From Times Online
March 9, 2009
Buffett: crisis is an economic Pearl Harbor
The billionaire investor, Warren Buffett, has likened the battle with recession to the attack on the US naval base
Tim Reid in Washington
Warren Buffett declared today that the US economy had “fallen off a cliff”, describing the current crisis as “an economic Pearl Harbour”, as concern continued to spread about the Administration’s fitful attempts to halt the collapse of the American banking sector.
The fabled investor and an informal adviser to President Obama, whose financial diagnoses are widely respected - even though he conceded that he failed to predict the severity of the crisis - said that the economy had come “close to the worst case” that he had imagined and that recovery will be slow.
Mr Buffett, a multi-billionaire and one of America’s wealthiest men, added that the entire banking sector had been hours from collapse last September and would have imploded without the $700 billion Wall Street emergency package rushed through Congress.
He also spoke of the mounting fears over Mr Obama’s muddled approach to the central issue in solving the economic crisis: what to do with the banks’ $2 trillion of toxic debt that is threatening the collapse of the financial sector.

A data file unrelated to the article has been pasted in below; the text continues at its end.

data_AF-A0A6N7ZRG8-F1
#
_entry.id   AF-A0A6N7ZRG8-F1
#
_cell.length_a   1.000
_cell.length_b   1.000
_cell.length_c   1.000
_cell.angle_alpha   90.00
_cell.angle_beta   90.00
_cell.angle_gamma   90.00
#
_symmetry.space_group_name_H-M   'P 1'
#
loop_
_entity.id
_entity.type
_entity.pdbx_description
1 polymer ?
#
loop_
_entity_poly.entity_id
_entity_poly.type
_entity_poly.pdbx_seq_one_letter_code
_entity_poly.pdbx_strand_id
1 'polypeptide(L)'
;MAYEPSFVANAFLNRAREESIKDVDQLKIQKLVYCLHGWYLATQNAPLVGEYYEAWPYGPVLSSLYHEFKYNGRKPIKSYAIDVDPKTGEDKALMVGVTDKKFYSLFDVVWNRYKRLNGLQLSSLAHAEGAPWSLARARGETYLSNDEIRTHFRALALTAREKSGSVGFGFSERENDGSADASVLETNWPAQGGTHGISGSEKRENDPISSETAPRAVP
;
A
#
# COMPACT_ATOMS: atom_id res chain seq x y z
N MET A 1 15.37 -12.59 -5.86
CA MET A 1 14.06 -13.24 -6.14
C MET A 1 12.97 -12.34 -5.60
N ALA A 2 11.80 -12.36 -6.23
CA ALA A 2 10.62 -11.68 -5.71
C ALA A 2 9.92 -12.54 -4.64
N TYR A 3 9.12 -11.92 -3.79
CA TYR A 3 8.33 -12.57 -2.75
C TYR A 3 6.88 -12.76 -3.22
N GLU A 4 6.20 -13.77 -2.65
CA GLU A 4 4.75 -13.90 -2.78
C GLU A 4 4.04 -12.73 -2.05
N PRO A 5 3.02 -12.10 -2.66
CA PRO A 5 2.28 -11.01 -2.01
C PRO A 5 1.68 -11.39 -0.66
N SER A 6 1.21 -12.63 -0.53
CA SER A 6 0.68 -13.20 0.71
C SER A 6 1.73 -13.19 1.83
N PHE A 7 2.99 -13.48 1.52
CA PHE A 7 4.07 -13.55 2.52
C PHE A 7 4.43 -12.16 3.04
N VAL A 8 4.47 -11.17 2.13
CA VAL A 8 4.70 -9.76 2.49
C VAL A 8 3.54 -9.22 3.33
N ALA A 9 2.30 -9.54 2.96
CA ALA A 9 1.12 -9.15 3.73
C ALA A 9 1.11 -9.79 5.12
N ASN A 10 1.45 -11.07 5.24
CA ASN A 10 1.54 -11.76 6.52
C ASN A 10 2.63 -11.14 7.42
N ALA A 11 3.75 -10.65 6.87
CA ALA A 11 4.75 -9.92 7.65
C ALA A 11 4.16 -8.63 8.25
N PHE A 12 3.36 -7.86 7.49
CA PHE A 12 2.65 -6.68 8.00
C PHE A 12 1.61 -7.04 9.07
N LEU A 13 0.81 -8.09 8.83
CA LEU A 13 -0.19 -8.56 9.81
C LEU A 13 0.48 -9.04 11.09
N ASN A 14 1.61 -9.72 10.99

Mr Obama and his Treasury chief Timothy Geithner have said they do not want to nationalise any banks, but they are coming under increasing pressure after massive and repeated injections of cash into crippled financial giants such as Citigroup, Bank of America and AIG have failed to shore-up confidence.
Some senior Republicans are now advocating that some of these huge institutions should be allowed to fail, with others urging Mr Obama to be far bolder by temporarily nationalising them.
Mr Geithner, who is woefully understaffed at the Treasury Department, has yet to come up with a clear and detailed plan to stabilise the financial sector. Mr Buffett told CNBC there needed to be a “very, very clear message”, adding: “People are confused and scared. People can’t be worried about banks and a lot of them are.”
On Sunday the World Bank predicted that the global economy will contract this year for the first time since World War II, a far grimmer assessment that it had previously offered. Its report highlighted the international nature of the economic crisis and warned that the recessions in developed nations was likely to play havoc with the economies of poorer and emerging countries, threatening political and social unrest.
Ahead of the crucial G20 summit in London next month, the Obama administration is urging a policy of global stimulus spending to turn around the world economy.
Yet the White House is running into opposition from some European nations, particularly Germany.